Badminton chief Thomas Lund apologised for the Olympic match-fixing scandal which led to the disqualification of eight players on Wednesday, but insisted the sport's future in the Games was secure.
Olympic champion from China, Yu Yang and her new partner Wang Xiaoli, two South Korean pairs, Ha Jung-Eun and Kim Min-Jung, Jung Kyung-Eun and Kim Ha-Na, and Meiliana Jauhari and Greysia Polii of Indonesia were kicked out.
All eight were accused of attempting to manipulate the final standings in the first round group stage of the women's doubles to avoid playing compatriots or to get less difficult opposition in the quarter-finals.
They were found guilty of "not using best efforts to win a match" and "conducting oneself in a manner that is clearly abusive or detrimental to the sport".
"No, I am not embarrassed, I am very very sorry it has happened," said Badminton World Federation (BWF) Thomas Lund.
"The most important thing is that we have dealt with the issues, and done it in the interests of all the players in the tournament.
"There has been a very hard consequence for the eight players but we have 172 players and we must act in the best interests of them all."
The two doubles pairs from South Korea failed to get their disqualification over-turned, the Indonesian pair withdrew their appeal while the Chinese accepted the original decision.
Lund added they will suffer no further punishments, fines or bans, nor will there be any punishments based on allegations that coaches or national associations might have been involved.
Lund said he was confident that the International Olympic Committee (IOC) would not take a dim view of the sport, which was first included in the Games relatively recently in 1992.
"We would like not to be evaluated on a single case but on our ability to react," he said.
"No federation will go through the years without problems -- it's the ability to react, and to use the system, and make it fair for all players which is important.
"This is an isolated case and we have dealt with it in an expert way. We hope this is a lesson learned for the players concerned, and that other players will realise that it should not be repeated."
Confronted by an allegation that such match-throwing had been rife within the sport for many years, Lund denied it, saying that the BWF had "closely monitored" matches during the Olympic qualifying system and had seen no evidence of it.
Lund also rejected wholesale criticisms of the round-robin group system, which some coaches and players, notably Olympic men's singles champion Lin Dan, believe has tempted players to try to take advantage of loopholes.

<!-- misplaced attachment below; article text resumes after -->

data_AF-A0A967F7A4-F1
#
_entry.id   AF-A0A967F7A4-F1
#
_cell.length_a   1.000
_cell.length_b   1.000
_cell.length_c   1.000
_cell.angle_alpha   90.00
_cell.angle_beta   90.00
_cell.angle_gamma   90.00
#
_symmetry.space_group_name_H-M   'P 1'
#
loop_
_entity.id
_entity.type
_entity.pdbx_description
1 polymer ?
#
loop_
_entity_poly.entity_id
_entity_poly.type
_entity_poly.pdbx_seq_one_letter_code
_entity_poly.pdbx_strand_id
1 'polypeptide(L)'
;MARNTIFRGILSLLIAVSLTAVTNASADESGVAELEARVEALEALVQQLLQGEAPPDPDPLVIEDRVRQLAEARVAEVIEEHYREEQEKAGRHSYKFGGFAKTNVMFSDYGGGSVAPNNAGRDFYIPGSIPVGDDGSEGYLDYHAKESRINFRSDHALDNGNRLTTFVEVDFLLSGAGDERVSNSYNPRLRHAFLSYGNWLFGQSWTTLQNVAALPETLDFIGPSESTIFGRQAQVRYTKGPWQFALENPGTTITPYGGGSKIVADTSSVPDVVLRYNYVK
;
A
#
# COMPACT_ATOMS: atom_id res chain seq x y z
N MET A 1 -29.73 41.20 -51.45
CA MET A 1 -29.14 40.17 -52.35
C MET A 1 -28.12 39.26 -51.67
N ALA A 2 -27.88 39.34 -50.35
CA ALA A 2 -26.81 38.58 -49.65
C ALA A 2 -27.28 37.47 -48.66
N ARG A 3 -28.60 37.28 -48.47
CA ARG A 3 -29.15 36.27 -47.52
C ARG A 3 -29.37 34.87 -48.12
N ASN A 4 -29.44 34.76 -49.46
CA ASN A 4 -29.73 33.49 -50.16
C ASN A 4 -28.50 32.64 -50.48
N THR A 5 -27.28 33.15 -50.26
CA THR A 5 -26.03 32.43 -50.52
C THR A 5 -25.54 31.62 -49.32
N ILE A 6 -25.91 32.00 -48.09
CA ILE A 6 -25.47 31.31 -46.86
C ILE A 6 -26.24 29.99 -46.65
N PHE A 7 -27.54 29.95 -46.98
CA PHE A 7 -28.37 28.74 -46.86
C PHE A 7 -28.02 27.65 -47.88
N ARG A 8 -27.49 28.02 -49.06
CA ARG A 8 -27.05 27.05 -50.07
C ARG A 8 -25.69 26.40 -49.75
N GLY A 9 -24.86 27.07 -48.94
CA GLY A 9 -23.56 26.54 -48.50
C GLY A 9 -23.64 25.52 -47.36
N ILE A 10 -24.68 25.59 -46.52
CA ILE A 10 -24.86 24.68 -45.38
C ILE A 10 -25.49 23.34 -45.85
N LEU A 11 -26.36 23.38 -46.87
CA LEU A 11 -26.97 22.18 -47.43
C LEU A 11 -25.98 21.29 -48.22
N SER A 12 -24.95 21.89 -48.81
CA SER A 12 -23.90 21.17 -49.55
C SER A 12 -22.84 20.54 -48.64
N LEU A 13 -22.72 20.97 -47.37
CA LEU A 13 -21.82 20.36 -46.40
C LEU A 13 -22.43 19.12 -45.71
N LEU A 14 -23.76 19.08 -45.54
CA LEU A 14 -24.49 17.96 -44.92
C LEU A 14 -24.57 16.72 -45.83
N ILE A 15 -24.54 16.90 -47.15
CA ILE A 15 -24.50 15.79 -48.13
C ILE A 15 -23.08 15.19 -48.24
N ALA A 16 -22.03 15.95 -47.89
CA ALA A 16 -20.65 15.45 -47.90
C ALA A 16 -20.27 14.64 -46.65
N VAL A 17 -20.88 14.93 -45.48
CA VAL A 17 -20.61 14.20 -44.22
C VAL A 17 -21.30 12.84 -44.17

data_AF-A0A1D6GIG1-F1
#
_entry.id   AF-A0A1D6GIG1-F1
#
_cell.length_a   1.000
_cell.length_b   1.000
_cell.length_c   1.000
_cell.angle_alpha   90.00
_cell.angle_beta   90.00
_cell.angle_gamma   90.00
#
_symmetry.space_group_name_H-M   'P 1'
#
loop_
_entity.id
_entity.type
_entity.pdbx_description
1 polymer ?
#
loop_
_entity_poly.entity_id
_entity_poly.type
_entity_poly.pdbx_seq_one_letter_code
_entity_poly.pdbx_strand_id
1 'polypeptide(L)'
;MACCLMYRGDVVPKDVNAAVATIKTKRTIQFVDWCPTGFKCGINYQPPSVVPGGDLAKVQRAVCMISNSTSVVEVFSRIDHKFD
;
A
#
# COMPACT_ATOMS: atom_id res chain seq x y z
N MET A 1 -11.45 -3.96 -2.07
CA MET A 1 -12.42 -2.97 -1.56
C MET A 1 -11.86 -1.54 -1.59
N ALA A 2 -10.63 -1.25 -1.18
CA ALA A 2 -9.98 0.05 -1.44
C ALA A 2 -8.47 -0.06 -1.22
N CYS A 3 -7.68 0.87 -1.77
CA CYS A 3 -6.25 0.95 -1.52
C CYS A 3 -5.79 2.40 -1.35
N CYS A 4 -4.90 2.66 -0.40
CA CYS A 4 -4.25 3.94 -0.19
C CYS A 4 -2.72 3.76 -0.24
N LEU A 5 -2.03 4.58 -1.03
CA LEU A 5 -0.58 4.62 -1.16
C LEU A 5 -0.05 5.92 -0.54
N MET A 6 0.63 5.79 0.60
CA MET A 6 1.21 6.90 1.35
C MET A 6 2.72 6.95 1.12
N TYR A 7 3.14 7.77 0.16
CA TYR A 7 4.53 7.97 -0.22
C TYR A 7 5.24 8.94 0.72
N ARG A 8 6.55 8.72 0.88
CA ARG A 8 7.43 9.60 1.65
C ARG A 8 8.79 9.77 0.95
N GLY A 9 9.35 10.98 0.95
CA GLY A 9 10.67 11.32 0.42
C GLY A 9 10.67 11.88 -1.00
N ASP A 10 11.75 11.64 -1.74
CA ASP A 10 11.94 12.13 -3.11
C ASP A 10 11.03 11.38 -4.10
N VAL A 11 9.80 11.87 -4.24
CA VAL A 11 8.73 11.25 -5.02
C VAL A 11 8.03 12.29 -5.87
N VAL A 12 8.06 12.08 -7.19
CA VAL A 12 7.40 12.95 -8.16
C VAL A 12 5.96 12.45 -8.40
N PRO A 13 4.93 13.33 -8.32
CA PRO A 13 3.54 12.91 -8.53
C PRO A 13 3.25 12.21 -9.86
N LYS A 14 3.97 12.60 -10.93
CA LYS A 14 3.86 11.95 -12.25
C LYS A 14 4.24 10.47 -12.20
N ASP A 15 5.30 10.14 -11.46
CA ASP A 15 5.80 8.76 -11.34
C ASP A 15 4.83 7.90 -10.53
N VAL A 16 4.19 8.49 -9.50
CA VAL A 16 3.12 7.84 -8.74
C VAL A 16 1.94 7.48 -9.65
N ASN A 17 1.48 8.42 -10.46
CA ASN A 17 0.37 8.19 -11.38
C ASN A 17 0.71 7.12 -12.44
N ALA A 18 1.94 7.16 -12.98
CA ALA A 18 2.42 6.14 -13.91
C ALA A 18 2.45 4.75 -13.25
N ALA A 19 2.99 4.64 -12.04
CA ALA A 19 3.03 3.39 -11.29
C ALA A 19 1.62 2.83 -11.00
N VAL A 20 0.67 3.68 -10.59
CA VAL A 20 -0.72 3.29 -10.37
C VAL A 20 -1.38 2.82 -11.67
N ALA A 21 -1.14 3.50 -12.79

This system which had been used and worked "very well" in the past, Lund claimed although he acknowledged that there would be a review of this particular version of it after the Games.
China's top men's player Lin Dan was stunned by the disqualifications.
"Ultimately the wrong is not with the athletes," he asserted, though he then agreed that what had happened was "not just a loss for the spectators but for the sport itself.
Meanwhile, the BWF will also look at the wording of its regulations.
Angry spectators jeered and booed the players on Tuesday after they appeared to deliberately serve into the net, or hit the shuttlecock long or wide.
Lund exonerated tournament referee Torsten Berg from criticism.
"The last thing we want to happen is to disqualify anyone, when we are dealing with young athletes who have practised for many years and for sure have gone into this tournament doing their best," he said.
"We are so sorry it has come to this. It must have been very difficult for out technical officials, who will always push to get players to their best.
"Everything was done to get the matches finalised in the right way - I have never seen so many black cards (for disqualification) brought out. There were quite a few brought out and threatened and it was extremely unusual."
As a result of the disqualifications, Nina Vislova and Valeria Sorokina of Russia and Canada's Alex Bruce and Michele Li took the place of Wang, Yu, Jung and Kim in the quarter-finals being played later in the day.
Australia's Leanne Choo and Renuga Veeran and Michelle Edwards and Annari Viljoen of South Africa replaced Ha and Kim and Jauhari and Polii.
Earlier another complaint about was made by India, alleging that Japan had thrown a match, but the disciplinary committee rejected the allegation because of a lack of evidence.